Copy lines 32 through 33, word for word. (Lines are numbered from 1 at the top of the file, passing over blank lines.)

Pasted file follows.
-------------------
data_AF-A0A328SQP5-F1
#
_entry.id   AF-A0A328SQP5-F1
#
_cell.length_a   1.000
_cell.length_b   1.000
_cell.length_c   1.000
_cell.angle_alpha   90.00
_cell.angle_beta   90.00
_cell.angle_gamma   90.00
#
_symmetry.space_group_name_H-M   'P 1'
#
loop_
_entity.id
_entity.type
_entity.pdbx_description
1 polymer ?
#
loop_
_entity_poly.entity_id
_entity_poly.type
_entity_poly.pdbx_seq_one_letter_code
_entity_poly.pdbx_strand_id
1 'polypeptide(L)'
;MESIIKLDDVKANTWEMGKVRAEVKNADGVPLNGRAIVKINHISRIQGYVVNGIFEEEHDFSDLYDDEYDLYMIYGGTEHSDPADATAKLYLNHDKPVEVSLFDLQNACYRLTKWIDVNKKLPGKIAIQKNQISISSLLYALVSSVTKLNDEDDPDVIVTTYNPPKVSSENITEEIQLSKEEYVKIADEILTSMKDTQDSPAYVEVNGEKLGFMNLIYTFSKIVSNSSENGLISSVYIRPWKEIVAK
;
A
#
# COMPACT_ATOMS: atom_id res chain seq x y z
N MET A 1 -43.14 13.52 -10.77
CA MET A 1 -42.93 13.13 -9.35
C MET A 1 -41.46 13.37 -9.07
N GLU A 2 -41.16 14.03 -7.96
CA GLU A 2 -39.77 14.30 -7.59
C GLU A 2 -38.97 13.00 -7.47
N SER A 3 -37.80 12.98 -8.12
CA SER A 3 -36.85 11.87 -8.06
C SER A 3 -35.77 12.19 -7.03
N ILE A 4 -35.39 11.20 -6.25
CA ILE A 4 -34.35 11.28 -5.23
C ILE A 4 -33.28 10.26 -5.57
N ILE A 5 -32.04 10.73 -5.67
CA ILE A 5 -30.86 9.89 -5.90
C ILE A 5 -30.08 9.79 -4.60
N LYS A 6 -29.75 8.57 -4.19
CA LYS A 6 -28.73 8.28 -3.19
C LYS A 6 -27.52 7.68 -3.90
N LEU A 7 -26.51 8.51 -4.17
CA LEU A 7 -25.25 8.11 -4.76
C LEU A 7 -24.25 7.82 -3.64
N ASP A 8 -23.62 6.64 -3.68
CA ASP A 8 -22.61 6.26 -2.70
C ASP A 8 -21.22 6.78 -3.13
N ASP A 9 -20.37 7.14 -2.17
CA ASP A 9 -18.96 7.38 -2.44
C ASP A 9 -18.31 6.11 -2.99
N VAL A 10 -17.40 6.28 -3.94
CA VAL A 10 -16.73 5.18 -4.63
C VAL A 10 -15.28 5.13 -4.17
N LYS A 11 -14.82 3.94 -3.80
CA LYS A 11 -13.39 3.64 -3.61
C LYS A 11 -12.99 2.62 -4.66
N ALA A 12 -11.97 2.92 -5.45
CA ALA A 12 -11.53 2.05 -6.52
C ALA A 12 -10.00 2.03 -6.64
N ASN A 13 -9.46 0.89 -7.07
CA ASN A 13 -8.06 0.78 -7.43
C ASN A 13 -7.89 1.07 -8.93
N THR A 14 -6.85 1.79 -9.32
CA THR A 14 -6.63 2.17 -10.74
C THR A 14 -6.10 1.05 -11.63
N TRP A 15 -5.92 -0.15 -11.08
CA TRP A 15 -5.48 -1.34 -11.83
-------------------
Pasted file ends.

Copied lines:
CA MET A 1 -42.93 13.13 -9.35
C MET A 1 -41.46 13.37 -9.07